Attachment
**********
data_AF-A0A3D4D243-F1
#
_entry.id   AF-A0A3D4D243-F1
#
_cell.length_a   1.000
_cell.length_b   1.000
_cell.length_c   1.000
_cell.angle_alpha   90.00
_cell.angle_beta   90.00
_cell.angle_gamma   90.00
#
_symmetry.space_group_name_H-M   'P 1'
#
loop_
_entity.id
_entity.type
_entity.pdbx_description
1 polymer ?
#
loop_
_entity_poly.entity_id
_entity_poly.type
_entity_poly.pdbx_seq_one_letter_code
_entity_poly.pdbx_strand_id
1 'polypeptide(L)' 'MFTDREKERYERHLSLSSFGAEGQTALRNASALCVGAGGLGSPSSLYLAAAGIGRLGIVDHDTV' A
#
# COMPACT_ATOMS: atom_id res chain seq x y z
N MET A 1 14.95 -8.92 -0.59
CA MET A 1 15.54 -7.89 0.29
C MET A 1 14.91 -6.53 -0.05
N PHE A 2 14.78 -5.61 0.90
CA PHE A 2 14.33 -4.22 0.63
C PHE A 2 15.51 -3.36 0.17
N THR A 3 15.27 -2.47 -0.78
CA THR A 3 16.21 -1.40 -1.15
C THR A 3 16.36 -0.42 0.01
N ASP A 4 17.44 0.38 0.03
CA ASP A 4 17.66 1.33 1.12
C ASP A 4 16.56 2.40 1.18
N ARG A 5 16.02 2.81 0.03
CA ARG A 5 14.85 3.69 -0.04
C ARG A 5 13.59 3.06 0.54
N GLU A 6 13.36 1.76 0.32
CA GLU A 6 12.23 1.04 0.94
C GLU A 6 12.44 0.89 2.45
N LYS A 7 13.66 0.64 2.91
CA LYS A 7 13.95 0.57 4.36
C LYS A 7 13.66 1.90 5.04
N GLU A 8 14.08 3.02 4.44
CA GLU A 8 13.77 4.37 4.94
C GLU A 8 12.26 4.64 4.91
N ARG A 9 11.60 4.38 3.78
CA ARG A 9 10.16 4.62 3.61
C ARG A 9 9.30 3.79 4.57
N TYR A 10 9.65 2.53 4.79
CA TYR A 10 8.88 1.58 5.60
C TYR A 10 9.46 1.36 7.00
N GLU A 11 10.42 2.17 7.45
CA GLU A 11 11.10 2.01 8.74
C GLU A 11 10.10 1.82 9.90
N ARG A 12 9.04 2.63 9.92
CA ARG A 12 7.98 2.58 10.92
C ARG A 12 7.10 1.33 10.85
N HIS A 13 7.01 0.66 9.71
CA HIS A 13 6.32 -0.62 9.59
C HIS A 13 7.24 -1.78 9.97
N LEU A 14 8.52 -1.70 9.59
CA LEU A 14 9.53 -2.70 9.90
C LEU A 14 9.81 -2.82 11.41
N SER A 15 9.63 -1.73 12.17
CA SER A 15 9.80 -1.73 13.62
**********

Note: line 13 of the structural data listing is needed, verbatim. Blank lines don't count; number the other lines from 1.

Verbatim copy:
#